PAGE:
If God desires all to be saved and none to perish, what’s the purpose of the Ezekiel battle?

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If God desires all to be saved and none to perish, what’s the purpose of the Ezekiel battle?

Post by Admin on Fri Jul 01, 2016 9:28 pm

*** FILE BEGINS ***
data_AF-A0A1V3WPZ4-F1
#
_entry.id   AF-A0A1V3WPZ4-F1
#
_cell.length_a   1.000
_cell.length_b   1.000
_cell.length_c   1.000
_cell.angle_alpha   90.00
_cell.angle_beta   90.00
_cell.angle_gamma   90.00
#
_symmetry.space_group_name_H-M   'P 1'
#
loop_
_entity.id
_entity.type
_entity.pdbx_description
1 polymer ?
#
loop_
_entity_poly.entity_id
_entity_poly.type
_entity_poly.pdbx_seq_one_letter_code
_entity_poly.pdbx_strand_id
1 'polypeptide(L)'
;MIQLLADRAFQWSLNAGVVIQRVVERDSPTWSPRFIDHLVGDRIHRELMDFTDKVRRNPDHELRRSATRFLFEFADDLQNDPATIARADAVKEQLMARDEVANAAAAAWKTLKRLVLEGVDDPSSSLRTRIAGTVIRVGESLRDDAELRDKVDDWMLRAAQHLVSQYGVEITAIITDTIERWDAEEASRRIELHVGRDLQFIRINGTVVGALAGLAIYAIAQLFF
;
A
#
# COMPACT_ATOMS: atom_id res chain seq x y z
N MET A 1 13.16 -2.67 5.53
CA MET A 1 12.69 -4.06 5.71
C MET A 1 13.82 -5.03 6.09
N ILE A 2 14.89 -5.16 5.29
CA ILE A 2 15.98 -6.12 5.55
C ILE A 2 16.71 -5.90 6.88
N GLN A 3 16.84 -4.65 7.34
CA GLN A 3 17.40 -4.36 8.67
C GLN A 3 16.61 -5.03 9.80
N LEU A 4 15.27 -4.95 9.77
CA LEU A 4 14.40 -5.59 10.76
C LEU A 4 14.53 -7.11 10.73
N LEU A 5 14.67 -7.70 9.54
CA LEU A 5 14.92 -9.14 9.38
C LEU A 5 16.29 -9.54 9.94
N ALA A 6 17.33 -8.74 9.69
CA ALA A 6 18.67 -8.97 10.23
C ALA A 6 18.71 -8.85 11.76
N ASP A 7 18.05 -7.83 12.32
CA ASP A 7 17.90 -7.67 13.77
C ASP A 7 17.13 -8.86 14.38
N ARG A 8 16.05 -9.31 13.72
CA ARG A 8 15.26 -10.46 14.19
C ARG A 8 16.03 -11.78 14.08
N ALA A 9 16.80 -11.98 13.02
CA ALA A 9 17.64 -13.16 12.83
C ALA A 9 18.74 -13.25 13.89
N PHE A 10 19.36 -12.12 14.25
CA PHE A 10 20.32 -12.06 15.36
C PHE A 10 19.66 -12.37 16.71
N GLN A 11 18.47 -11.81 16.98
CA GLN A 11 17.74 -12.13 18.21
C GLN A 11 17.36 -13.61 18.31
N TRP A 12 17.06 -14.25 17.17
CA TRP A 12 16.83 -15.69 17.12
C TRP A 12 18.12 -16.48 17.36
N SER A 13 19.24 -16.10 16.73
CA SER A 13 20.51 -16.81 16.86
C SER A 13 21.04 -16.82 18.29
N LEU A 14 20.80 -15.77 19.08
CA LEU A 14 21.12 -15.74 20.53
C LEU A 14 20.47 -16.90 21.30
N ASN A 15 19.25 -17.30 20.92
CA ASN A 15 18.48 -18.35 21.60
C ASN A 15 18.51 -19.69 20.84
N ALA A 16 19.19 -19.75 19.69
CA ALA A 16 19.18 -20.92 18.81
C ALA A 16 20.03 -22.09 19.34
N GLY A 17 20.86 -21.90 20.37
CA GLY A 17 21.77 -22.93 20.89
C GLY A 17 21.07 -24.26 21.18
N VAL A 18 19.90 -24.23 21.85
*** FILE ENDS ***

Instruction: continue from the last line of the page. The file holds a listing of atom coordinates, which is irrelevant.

It is absolutely true that God desires salvation for everyone; the apostle Paul famously said it this way in writing to his protégé Timothy: God our Savior . . . wants all men to be saved and to come to a knowledge of the truth—Paul, I Timothy 2:3b-4. His contemporary, the apostle Peter, conveyed a very similar sentiment in some of the last words he ever wrote: The Lord is not slow in keeping his promise, as some understand slowness. Instead he is patient with you, not wanting anyone to perish, but everyone to come to repentance—II Peter 3:9. These are facts concerning the nature of God Himself, particularly regarding His unending love and grace for us. In fact, it is important to point out that God desires that we see all those around us as He sees them—which is exactly as He saw us before we were saved. However, He also made us with free will; in other words, He made us free to choose to defy Him and refuse His desire to enter into our lives. As God, He knows the choices we will make, and He also knows the outcome of our lives, particularly knowing the moments where we have forever turned away from Him. It is very similar to questions regarding all those people who lived in the nations marked by God for destruction by Israel upon their entry into the Promised Land. God knew their hearts and their rebellion and clearly judged their lives condemned as a result, and He made incredibly clear to the nation of Israel what was to become of all those in those lands: When the Lord your God brings you into the land you are entering to possess and drives out before you many nations—the Hittites, Girgashites, Amorites, Canaanites, Perizzites, Hivites and Jebusites, seven nations larger and stronger than you—and when the Lord your God has delivered them over to you and you have defeated them, then you must destroy them totally. Make no treaty with them, and show them no mercy—Moses, Deuteronomy 7:1-2. The Bible makes clear that God desired Israel to kill everybody—men, women, children, old and young; those instruction were even repeated: [I]n the cities of the nations the Lord your God is giving you as an inheritance, do not leave alive anything that breathes. Completely destroy them—the Hittites, Amorites, Canaanites, Perizzites, Hivites and Jebusites—as the Lord your God has commanded you—Moses, Deuteronomy 20:16-17. Why? God also makes that clear: After the Lord your God has driven them out before you, do not say to yourself, “The Lord has brought me here to take possession of this land because of my righteousness.” No, it is on account of the wickedness of these nations that the Lord is going to drive them out before you—Moses, Deuteronomy 9:4. And to make sure that point was understood, it too was repeated: Completely destroy them—the Hittites, Amorites, Canaanites, Perizzites, Hivites and Jebusites—as the Lord your God has commanded you. Otherwise, they will teach you to follow all the detestable things they do in worshiping their gods, and you will sin against the Lord your God—Deuteronomy 20:17-18. Now clearly, it was possible to be saved by surrendering to the God of Israel (consider the case of the prostitute Rahab and her family in the city of Jericho). But regarding those people who are alive at this time in those nations, this is not a matter of executing judgment against people who otherwise want to serve the Lord and His purposes, but rather against confirmed rebels. God is simply going to use them, even in their disobedience and stubbornness, to continue to show His will and work His plan—a plan against which man can never change or disrupt regardless of his attitudes. And, of course, if the “Ezekiel battle” (talked about in Ezekiel 38-39) occurs after the Rapture—in other words, with all of God’s believers taken out of the world prior to the events of the Tribulation—there will be no Christians on the planet anyway. Those who do come to Christ will live very dangerously and precariously within the terrible days of God’s judgments against an unbelieving world.

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